A Computer Gets Keyed

Despite the  heated  arguments surrounding the case of  Sebastien  Boucher and the government’s efforts to obtain his password to collect evidence of his possession of kiddie porn, we suffered Boucher-interruptus when Vermont Magistrate Judge Jerome J. Niedermeier’s decision never made it up to the Circuit. 

The good news is we have bad news to report.  Colorado District Court Judge Robert Blackburn has issued a decision in United States v. Fricosu, raising many of the same issues presented by Boucher.  The defendant’s home was searched pursuant to a warrant, and a computer seized which held encrypted files.  She decided to chat about it with her husband, who was in jail on a state charge, on a recorded line, giving the government a pretty clear conversation so show that this was her computer, that she knew it was encrypted and that it contained stuff she would prefer the government not know.

So, the government subpoenaed the defendant to produce an unencrypted version of the content of the computer. For good measure, they offered her immunity for doing so.

Fricosu moved to quash, arguing that the subpoena violated her Fifth Amendment privilege against self-incrimination, demanding a testimonial act of production by compelling her to acknowledge her control over the computer and its contents.  Mind you, the contents themselves are not protected, as evidence of a crime already searchable by virtue of the warrant for her home, but the contents, already in the prosecution’s hands, can’t be “interpreted” without the encryption key.  This is a geeky point, and of little legal significance, but I would hate for the geeks out there to castigate me for failure to acknowledge this detail.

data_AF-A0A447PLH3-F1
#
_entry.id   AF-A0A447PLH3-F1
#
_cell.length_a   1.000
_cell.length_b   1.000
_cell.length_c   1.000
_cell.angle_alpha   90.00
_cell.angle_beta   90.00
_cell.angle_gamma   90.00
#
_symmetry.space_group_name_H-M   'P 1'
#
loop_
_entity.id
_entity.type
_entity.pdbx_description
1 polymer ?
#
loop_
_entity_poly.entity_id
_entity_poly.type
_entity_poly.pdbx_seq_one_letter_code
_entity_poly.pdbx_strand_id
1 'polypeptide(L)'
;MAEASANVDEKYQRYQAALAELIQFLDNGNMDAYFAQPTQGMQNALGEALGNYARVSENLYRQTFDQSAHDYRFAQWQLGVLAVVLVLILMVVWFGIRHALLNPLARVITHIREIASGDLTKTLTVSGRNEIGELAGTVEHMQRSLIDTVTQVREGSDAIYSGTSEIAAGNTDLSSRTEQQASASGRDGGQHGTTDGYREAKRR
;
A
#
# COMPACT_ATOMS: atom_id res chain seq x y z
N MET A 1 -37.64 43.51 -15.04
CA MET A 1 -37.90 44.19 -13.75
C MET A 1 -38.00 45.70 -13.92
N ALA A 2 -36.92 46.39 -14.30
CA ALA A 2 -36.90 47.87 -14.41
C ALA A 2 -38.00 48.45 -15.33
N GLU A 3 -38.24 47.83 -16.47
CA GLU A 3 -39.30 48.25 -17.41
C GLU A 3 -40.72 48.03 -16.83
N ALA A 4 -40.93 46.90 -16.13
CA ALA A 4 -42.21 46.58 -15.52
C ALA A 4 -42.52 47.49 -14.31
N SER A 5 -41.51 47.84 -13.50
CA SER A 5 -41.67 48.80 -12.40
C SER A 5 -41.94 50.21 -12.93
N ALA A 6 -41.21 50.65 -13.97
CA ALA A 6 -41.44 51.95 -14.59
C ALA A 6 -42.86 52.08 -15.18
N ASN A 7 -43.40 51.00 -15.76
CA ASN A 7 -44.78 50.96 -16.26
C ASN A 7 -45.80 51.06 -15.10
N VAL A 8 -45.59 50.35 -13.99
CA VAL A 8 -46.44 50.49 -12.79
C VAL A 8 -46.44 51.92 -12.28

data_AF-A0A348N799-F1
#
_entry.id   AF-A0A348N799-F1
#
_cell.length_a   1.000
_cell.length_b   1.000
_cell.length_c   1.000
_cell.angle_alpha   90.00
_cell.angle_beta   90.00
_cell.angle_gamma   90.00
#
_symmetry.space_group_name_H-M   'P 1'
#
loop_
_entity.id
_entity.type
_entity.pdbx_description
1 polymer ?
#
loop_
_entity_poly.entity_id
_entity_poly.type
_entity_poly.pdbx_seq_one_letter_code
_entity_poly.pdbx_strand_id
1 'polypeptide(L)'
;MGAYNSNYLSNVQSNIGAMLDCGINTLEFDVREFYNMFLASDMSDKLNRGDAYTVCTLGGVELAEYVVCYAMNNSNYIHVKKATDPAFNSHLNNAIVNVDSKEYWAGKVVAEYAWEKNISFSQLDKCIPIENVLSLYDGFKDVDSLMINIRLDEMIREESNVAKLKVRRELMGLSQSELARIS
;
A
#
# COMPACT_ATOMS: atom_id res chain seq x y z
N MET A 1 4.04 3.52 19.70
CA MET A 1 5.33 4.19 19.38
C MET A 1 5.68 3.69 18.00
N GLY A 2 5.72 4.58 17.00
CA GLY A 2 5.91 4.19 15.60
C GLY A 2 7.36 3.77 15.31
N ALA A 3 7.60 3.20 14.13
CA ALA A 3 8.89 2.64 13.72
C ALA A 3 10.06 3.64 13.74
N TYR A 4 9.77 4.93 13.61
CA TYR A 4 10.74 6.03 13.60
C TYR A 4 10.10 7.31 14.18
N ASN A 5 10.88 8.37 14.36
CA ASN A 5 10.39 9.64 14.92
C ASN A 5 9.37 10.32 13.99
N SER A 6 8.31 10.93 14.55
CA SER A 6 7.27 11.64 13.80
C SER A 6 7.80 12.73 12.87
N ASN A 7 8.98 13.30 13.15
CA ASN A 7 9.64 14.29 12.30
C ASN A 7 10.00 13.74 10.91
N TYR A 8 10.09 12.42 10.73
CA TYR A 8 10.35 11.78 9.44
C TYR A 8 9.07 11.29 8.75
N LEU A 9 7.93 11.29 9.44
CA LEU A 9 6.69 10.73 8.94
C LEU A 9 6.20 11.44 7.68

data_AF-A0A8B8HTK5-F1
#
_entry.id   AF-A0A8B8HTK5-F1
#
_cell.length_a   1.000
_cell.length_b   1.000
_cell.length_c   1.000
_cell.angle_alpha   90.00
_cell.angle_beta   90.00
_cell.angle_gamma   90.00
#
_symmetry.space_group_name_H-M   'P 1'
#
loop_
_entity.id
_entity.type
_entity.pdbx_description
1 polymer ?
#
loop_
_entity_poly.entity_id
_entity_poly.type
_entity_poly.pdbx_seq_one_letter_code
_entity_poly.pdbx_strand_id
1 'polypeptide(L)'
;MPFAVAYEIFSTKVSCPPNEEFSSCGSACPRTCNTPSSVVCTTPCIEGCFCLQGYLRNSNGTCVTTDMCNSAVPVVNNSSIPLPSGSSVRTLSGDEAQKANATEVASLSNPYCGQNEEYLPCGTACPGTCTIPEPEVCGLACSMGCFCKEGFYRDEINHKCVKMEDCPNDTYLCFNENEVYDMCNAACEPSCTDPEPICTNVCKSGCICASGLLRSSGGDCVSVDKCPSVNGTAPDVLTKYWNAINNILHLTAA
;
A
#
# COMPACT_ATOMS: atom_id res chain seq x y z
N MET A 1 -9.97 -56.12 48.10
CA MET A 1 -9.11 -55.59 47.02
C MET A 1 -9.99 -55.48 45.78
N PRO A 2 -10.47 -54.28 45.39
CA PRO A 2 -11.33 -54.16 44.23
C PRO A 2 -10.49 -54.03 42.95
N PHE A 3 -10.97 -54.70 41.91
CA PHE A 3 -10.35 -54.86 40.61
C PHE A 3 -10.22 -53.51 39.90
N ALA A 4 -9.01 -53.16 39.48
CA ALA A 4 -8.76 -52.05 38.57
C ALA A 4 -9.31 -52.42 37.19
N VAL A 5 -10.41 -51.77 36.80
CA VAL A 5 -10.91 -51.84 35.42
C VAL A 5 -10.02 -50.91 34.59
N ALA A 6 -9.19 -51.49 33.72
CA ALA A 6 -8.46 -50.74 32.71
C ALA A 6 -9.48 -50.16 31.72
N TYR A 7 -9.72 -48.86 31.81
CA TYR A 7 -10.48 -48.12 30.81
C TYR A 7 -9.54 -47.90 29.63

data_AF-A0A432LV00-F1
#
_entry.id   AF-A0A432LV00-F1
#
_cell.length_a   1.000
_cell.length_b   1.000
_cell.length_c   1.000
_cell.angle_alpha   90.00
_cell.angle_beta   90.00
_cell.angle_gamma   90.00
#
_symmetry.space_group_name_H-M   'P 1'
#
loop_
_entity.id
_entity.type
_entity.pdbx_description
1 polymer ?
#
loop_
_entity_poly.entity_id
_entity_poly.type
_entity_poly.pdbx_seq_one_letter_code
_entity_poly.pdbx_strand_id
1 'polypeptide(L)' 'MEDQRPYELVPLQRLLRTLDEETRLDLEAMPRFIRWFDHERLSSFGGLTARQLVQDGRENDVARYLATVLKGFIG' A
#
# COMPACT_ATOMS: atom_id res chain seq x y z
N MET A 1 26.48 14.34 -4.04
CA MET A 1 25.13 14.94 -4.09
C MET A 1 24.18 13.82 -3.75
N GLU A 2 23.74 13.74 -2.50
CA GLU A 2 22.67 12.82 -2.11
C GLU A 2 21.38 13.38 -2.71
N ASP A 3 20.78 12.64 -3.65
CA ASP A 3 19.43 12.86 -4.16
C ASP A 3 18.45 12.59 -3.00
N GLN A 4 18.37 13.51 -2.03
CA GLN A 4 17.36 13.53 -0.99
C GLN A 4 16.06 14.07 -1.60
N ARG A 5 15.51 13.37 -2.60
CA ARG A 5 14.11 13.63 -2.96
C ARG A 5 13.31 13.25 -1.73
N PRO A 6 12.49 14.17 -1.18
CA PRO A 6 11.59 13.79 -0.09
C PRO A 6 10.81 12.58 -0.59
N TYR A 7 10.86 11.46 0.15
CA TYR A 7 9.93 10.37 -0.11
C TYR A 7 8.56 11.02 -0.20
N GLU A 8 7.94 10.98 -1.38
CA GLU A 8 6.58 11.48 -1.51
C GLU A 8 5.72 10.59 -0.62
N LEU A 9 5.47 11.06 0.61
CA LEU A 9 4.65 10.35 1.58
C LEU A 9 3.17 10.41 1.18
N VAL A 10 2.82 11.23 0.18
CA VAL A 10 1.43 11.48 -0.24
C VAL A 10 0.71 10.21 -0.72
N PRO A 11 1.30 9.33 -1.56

Judge Blackburn found, under the preponderance of evidence standard, that there was no privilege left to protect.

There is little question here but that the government knows of the existence and location of the computer’s files. The fact that it does not know the specific content of any specific documents is not a barrier to production. (Citations omitted.)

Additionally, I find and conclude that the government has met its burden to show by a preponderance of the evidence that the Toshiba Satellite M305 laptop computer belongs to Ms. Fricosu, or, in the alternative, that she was its sole or primary user, who, in any event, can access the encrypted contents of that laptop computer. The uncontroverted evidence demonstrates that Ms. Fricosu acknowledged to Whatcott during their recorded phone conversation that she owned or had such a laptop computer, the contents of which were only accessible by entry of a password.

Moreover, the government has offered Ms. Fricosu immunity, precluding it from using her act of producing the unencrypted contents of the laptop computer against her.

The court held that it was a “foregone conclusion” that the computer was hers and she had the ability to access its contents, unencrypted, thereby dissipating her 5th Amendment privilege against compelling her to engage in the testimonial act of production.

As much as I hate the outcome, under the general principle that the prosecution should not be able to make the defendant do anything to contribute to her own conviction, the decision comports with existing precedent.  To prove my pain in this regard, I note that Orin Kerr at Volokh reached the same conclusion, and you know how much I hate to agree with Orin.

Though the decision is sound under existing law, it gnaws at me for two reasons.  First, the general sense that the prosecution should do its dirty work on its own, and no person should be compelled to contribute to their own demise.  It’s just unAmerican.